Tiffany is the mall-bred pop star who enjoyed a short run of hits in the late '80s, and I Think We're Alone Now is the 2008 documentary about the lives of two die-hard Tiffany fans.
Jeff Turner is a 40-something Tiffany fan living in Santa Cruz, CA. Turner opens the movie by proudly displaying the restraining order (and news clippings about the restraining order) taken out against him by Tiffany, chuckling along as if he's displaying love letters. He talks endlessly about the deep love and friendship he shares with Tiffany, but his memory of supporting events is faulty. ("She called me at home and said I'm your best friend mentor and protector!")
Kelly McCormick is a 30-something Tiffany fan from Denver, Colorado, where she lives in a small apartment lined with Tiffany posters and photos. The camera lingers on a magazine ad taped to the wall, showing two women in an erotic embrace. Underneath, Kelly has taped notes with arrows pointing at each of the women, which read "Tiffany!", "Me!", and "This will happen very soon!"
Jeff has Asberger syndrome, and a deep knowledge of secret societies and "radionic psychotronic devices," which he sometimes uses to listen to Tiffany's thoughts. (He was also arrested once for showing up at a Tiffany appearance bearing a samurai sword and five chrysanthemums—"the highest honor ceremonial gift in Japan!," he crows unapologetically.)
Kelly was born intersexed—she refers to herself as a hermaphrodite, and says she has a monthly period "just like every biological woman, including Tiffany." Kelly also seems to be battling a substance abuse problem, consoling herself with bottles of Jaegermeister and speaking in heartbreakingly frank terms about her loneliness. "I'm sick of being pushed out of Tiffany's life when I'm supposed to be in it," says Kelly, before seemingly nodding out against her shrine.
I Think We're Alone Now is dark and depressing and voyeuristic, but it also captures two fascinating human lives I never would've encountered any other way.
Besides being a radionic psychotronic expert with Asberger's and an undying love of Tiffany, Jeff is a church-going Christian with a sweet, goofy nature and an explicit desire to "fight against the fascists!" He describes Tiffany as "the most Christlike person I've ever known!" (He's also on disability, receiving $400 bucks a month from the federal government and getting 3/4ths of his rent paid by HUD.)
Besides being an intersexed Jaeger lover, Kelly is a devoted athlete; in one scene, she proudly shows the filmmakers how fast she can run. (Kelly is also supported by a disability/HUD combo platter.)
But in some ways, the most engrossing figure in all this is Tiffany, the faded pop star who somehow ignited a fire in these two fans that will never go out, no matter how many restraining orders and burly security guards she puts between herself and them. (Why Tiffany? was my ultimate question. Also, if someone like Tiffany gets fans like these, can you imagine the life of someone like Beyonce?)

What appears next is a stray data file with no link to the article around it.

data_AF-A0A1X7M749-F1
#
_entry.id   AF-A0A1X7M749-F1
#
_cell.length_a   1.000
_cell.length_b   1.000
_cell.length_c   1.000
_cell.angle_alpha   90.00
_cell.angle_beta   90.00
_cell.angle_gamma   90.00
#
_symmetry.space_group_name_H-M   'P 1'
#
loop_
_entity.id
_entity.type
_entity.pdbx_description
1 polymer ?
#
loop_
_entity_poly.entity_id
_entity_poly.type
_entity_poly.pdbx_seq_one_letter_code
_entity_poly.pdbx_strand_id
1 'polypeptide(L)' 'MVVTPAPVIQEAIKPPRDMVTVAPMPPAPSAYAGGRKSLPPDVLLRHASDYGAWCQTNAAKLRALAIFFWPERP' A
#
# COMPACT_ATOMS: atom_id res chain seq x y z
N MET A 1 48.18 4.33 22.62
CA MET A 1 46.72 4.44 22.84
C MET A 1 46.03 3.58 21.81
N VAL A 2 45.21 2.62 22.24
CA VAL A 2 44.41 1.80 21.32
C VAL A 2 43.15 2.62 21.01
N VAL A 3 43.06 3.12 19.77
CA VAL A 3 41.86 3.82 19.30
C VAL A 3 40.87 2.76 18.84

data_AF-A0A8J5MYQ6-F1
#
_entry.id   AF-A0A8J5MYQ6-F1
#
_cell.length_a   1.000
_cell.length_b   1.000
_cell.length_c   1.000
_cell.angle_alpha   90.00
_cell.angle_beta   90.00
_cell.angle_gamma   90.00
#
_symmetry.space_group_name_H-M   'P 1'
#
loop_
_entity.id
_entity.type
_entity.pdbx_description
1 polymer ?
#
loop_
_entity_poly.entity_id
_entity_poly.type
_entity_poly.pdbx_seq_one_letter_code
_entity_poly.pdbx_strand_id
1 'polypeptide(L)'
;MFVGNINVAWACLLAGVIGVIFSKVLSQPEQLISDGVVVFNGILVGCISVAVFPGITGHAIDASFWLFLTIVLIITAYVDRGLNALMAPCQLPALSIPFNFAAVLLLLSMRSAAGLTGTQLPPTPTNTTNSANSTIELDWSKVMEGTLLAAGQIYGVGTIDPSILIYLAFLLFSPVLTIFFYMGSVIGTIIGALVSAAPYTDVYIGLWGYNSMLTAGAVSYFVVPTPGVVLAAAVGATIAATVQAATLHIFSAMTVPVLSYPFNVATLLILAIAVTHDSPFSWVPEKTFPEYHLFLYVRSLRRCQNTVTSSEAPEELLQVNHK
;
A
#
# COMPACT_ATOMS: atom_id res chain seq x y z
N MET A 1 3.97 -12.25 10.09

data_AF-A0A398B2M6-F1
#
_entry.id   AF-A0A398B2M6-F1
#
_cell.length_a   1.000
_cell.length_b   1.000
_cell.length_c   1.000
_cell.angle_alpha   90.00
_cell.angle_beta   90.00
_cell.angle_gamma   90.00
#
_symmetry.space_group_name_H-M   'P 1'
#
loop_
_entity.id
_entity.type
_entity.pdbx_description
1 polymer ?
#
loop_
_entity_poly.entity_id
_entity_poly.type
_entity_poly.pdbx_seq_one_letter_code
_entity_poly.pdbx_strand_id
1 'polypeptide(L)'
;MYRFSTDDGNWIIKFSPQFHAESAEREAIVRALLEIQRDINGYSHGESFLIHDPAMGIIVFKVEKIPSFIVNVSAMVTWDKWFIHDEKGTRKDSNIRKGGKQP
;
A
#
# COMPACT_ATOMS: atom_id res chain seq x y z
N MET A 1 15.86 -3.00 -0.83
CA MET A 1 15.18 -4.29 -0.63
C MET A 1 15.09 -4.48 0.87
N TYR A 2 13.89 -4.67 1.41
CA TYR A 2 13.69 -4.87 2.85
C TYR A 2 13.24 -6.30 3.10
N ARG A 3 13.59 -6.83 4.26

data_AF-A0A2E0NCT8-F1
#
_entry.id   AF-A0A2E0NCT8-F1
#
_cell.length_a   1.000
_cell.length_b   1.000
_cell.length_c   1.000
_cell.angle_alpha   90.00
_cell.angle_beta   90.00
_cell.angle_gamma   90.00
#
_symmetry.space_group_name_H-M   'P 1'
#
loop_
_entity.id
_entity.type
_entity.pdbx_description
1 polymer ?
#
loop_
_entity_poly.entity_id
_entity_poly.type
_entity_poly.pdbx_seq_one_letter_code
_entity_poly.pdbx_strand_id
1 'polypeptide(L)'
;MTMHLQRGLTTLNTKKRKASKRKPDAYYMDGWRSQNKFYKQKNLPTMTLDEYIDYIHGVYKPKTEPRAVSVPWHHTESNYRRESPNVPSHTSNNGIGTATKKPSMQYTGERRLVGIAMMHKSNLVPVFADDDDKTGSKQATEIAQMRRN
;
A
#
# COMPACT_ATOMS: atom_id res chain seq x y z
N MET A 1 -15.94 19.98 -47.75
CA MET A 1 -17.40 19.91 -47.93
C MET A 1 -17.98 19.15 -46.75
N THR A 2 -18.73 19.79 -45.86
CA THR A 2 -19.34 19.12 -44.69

Ultimately, Jeff and Kelly meet up in Las Vegas, where they share a hotel room and attend a Tiffany concert in what looks like a gay nightclub. The pair's meeting and temporary cohabitation is as itchy as you can imagine, with their initial commiseration over Tiffany curdling into passive-aggressive I-love-her-more competition. But the footage of the Tiffany performance we're shown provides something close to an answer to my above question, "Why Tiffany?" Addressing the crowd at the end of her performance, Tiffany sweetly tells the crowd she hopes she gets to meet every one of 'em at her post-show autograph signing/meet n' greet, and she makes it sound genuine, like a good pop star should. (Not to blame the victim here, but I couldn't help wondering if some perfect storm of Tiffany's professional cordiality and red hair and lyrics about being alone and hearts beating close is what helped inspire Jeff's and Kelly's obsessions.)
The film gets exceedingly dark in its last stretch, as Kelly mumbles semi-coherently for several scenes and Jeff reveals his creepy new obsession: Alyssa Milano, who, unlike Tiffany, is not already married and thus a more feasible love object.
In the end, the film's not so much about Tiffany or her fans as it is about delusion. In scene after scene, we see Jeff and Kelly following road maps for their lives built on facts that exist only in their heads. It's scary and sad and fascinating, and I hope you don't hate me for making you watch it. (Some people see in this movie what I do, others run from what they consider its voyeuristic exploitation of its subjects.) Please weigh in for yourself int he comments.
EXTRA CREDIT INFO: For those who had a rewarding experience with I Think We're Alone Now, I encourage you to rent the DVD, which features two commentary tracks—one by Jeff Turner, one by Kelly McCormick, both of them amazing. (Basically, they just talk about how crazy the other is, and Kelly offers this solid-gold quote: "Jeff Turner straps a bicycle helmet onto his head with all these gizmos on it and he’s supposed to be hearing every thought of Tiffany’s. I mean, hello, that is called invasion of privacy, Jeff. Hello? Are you that dumb?”)